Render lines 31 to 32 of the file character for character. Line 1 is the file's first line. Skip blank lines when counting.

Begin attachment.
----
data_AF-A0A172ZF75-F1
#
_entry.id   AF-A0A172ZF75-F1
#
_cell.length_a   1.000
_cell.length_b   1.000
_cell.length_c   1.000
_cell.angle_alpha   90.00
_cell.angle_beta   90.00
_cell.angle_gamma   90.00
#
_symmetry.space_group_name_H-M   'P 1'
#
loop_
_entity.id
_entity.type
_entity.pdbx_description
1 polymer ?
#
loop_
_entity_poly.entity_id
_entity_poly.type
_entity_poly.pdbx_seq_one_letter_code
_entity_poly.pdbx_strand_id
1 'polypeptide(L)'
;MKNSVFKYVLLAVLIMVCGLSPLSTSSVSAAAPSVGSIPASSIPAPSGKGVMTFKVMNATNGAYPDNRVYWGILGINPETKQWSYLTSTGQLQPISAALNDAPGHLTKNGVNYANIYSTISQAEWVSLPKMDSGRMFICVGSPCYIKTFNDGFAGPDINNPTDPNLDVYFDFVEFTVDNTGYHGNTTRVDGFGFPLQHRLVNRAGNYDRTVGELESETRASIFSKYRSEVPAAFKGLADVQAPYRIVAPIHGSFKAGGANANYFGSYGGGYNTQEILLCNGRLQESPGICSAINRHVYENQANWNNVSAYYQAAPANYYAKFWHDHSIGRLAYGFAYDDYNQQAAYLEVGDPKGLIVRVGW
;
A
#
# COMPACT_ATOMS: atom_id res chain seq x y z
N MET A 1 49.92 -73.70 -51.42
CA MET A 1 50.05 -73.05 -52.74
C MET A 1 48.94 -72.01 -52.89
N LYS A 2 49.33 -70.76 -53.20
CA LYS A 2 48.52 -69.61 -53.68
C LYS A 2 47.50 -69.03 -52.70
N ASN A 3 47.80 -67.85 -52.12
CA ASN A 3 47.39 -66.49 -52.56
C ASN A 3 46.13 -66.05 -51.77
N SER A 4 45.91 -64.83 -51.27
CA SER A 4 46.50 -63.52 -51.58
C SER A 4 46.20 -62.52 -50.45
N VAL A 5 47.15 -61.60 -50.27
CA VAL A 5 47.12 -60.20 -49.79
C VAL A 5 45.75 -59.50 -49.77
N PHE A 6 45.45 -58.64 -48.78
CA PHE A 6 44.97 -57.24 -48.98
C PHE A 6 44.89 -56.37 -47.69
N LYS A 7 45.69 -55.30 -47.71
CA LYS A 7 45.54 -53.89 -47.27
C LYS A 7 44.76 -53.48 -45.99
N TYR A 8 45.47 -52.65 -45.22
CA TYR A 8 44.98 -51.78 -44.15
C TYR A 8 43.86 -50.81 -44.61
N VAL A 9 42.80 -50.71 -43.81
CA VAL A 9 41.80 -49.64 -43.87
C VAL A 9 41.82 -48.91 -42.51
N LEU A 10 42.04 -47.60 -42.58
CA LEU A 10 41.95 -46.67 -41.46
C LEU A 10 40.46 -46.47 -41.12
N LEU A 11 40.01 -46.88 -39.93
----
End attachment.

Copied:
N MET A 1 49.92 -73.70 -51.42
CA MET A 1 50.05 -73.05 -52.74